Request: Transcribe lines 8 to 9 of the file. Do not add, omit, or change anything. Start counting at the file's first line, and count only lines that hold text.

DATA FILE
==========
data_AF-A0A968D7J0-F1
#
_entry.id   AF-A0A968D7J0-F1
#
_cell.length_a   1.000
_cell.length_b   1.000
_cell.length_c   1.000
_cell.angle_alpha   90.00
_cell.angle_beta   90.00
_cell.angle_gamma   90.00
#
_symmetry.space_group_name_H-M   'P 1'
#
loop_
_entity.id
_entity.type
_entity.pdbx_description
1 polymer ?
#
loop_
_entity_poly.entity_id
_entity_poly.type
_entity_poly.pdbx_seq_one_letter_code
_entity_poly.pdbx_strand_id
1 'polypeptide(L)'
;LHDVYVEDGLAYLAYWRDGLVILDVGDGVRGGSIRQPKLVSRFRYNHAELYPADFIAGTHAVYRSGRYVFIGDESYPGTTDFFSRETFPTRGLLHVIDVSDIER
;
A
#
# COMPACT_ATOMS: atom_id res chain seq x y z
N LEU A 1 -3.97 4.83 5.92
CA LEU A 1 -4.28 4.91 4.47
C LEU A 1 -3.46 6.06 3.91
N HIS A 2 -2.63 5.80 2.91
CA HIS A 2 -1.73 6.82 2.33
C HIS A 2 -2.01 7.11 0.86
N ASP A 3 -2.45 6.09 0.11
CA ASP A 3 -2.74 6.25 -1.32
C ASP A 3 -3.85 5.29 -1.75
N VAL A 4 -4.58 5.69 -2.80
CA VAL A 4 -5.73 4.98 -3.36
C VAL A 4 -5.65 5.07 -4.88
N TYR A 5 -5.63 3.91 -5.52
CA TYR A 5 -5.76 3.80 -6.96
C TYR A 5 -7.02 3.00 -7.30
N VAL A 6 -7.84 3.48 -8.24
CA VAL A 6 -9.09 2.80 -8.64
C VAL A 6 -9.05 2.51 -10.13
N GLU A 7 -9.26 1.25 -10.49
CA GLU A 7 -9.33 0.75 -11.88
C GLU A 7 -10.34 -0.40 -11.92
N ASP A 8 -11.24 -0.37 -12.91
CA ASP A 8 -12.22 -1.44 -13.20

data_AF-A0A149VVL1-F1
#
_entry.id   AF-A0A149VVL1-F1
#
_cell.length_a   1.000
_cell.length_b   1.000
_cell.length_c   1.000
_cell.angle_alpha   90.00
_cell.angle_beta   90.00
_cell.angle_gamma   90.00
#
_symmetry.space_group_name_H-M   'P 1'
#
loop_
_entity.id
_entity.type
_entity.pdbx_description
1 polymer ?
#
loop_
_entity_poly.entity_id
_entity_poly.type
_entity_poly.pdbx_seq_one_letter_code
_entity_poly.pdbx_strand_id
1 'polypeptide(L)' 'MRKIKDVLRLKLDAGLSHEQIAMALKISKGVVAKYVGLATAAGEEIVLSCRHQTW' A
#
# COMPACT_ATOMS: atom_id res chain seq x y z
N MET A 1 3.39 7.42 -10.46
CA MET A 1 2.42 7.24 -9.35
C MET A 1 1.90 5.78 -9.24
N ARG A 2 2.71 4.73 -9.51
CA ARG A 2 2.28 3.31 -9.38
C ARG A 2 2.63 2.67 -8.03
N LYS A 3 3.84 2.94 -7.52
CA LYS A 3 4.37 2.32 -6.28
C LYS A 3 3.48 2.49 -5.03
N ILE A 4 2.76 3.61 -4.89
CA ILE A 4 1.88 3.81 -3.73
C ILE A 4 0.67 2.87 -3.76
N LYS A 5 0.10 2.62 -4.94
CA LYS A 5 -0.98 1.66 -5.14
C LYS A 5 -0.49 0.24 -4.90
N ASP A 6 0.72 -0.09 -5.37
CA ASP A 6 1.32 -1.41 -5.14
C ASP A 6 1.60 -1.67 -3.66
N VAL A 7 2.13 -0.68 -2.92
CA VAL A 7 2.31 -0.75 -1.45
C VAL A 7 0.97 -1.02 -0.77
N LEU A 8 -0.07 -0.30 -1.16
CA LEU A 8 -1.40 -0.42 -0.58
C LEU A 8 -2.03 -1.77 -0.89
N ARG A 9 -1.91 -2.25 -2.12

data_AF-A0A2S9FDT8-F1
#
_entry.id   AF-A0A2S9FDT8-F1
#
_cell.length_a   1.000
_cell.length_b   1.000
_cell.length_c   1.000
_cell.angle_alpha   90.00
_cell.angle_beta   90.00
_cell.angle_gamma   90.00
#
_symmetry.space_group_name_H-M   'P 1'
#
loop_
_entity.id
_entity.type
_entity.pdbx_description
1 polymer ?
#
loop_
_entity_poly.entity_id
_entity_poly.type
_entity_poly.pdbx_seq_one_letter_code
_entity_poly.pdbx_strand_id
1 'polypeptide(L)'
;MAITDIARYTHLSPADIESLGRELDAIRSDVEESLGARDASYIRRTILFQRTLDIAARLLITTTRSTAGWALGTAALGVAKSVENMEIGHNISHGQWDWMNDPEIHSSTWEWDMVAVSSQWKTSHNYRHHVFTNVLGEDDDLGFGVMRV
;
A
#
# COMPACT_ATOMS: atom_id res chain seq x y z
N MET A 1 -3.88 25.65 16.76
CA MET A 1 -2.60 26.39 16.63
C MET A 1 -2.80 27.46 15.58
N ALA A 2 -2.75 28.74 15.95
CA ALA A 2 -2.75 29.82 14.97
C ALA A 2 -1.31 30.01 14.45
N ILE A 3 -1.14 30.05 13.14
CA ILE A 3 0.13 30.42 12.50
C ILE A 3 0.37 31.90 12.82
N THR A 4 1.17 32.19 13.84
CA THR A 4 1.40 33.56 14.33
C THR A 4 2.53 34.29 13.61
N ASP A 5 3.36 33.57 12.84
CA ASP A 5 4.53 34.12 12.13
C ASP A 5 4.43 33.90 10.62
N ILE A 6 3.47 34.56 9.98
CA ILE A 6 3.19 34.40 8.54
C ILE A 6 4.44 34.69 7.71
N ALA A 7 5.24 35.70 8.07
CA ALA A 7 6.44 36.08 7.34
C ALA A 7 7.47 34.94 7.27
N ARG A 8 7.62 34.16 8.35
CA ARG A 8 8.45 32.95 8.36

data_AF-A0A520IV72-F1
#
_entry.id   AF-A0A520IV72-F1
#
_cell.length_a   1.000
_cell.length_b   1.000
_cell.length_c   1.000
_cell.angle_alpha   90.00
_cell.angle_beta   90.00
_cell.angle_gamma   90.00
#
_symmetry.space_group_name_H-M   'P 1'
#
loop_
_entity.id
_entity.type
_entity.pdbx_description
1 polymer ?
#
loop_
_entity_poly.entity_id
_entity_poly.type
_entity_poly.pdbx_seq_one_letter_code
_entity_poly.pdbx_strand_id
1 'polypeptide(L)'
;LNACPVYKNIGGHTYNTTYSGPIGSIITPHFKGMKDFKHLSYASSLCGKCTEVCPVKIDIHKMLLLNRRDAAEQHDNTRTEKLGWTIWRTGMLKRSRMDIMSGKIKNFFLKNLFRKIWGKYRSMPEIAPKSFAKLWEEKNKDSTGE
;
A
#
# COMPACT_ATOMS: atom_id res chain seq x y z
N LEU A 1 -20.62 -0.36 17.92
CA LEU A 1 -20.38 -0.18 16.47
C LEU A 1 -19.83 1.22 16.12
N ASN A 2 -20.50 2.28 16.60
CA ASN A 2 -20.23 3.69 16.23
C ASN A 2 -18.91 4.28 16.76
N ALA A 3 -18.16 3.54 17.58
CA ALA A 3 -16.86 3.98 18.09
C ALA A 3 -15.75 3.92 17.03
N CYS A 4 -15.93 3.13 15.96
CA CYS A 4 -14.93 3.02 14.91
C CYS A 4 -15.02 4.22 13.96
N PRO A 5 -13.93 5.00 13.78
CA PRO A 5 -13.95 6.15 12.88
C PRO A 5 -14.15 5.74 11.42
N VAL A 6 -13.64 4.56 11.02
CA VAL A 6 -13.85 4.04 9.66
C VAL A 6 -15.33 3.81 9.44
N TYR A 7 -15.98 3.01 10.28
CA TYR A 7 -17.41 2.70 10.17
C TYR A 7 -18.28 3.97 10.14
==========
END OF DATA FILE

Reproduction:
_cell.angle_alpha   90.00
_cell.angle_beta   90.00